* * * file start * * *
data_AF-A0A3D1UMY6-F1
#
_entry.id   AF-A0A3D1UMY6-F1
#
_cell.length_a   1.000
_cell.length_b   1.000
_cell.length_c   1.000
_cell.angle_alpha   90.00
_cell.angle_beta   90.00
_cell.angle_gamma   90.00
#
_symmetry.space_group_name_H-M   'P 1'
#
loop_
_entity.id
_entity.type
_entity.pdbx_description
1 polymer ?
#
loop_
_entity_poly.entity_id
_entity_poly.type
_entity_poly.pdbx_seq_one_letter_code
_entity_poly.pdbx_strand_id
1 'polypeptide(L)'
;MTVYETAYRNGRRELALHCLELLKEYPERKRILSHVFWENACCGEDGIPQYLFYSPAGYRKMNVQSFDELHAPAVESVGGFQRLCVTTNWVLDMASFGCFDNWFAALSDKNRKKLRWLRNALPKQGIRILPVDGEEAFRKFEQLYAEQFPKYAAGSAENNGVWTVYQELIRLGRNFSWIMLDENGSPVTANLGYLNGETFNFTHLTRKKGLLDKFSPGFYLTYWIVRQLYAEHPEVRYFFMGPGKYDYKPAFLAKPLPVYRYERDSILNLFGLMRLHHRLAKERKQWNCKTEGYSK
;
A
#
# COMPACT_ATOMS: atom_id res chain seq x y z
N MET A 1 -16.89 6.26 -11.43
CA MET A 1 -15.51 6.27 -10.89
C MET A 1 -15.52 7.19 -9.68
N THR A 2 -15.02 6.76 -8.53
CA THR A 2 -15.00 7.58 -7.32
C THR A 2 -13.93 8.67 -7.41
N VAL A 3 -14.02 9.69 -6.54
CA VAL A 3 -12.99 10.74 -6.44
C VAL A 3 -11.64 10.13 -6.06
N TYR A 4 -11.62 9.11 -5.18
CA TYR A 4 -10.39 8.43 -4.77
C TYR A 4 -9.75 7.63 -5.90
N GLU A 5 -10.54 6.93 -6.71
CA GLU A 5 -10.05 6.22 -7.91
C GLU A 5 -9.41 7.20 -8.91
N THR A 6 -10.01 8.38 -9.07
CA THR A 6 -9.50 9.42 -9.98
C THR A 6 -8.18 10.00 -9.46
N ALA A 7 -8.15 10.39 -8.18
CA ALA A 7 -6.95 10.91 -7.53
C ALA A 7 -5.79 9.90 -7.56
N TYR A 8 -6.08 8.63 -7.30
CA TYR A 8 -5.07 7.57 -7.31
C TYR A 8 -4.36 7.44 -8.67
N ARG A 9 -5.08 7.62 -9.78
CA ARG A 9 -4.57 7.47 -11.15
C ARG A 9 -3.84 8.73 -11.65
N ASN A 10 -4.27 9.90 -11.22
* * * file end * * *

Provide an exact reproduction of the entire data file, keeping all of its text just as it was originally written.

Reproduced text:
data_AF-A0A3D1UMY6-F1
#
_entry.id   AF-A0A3D1UMY6-F1
#
_cell.length_a   1.000
_cell.length_b   1.000
_cell.length_c   1.000
_cell.angle_alpha   90.00
_cell.angle_beta   90.00
_cell.angle_gamma   90.00
#
_symmetry.space_group_name_H-M   'P 1'
#
loop_
_entity.id
_entity.type
_entity.pdbx_description
1 polymer ?
#
loop_
_entity_poly.entity_id
_entity_poly.type
_entity_poly.pdbx_seq_one_letter_code
_entity_poly.pdbx_strand_id
1 'polypeptide(L)'
;MTVYETAYRNGRRELALHCLELLKEYPERKRILSHVFWENACCGEDGIPQYLFYSPAGYRKMNVQSFDELHAPAVESVGGFQRLCVTTNWVLDMASFGCFDNWFAALSDKNRKKLRWLRNALPKQGIRILPVDGEEAFRKFEQLYAEQFPKYAAGSAENNGVWTVYQELIRLGRNFSWIMLDENGSPVTANLGYLNGETFNFTHLTRKKGLLDKFSPGFYLTYWIVRQLYAEHPEVRYFFMGPGKYDYKPAFLAKPLPVYRYERDSILNLFGLMRLHHRLAKERKQWNCKTEGYSK
;
A
#
# COMPACT_ATOMS: atom_id res chain seq x y z
N MET A 1 -16.89 6.26 -11.43
CA MET A 1 -15.51 6.27 -10.89
C MET A 1 -15.52 7.19 -9.68
N THR A 2 -15.02 6.76 -8.53
CA THR A 2 -15.00 7.58 -7.32
C THR A 2 -13.93 8.67 -7.41
N VAL A 3 -14.02 9.69 -6.54
CA VAL A 3 -12.99 10.74 -6.44
C VAL A 3 -11.64 10.13 -6.06
N TYR A 4 -11.62 9.11 -5.18
CA TYR A 4 -10.39 8.43 -4.77
C TYR A 4 -9.75 7.63 -5.90
N GLU A 5 -10.54 6.93 -6.71
CA GLU A 5 -10.05 6.22 -7.91
C GLU A 5 -9.41 7.20 -8.91
N THR A 6 -10.01 8.38 -9.07
CA THR A 6 -9.50 9.42 -9.98
C THR A 6 -8.18 10.00 -9.46
N ALA A 7 -8.15 10.39 -8.18
CA ALA A 7 -6.95 10.91 -7.53
C ALA A 7 -5.79 9.90 -7.56
N TYR A 8 -6.08 8.63 -7.30
CA TYR A 8 -5.07 7.57 -7.31
C TYR A 8 -4.36 7.44 -8.67
N ARG A 9 -5.08 7.62 -9.78
CA ARG A 9 -4.57 7.47 -11.15
C ARG A 9 -3.84 8.73 -11.65
N ASN A 10 -4.27 9.90 -11.22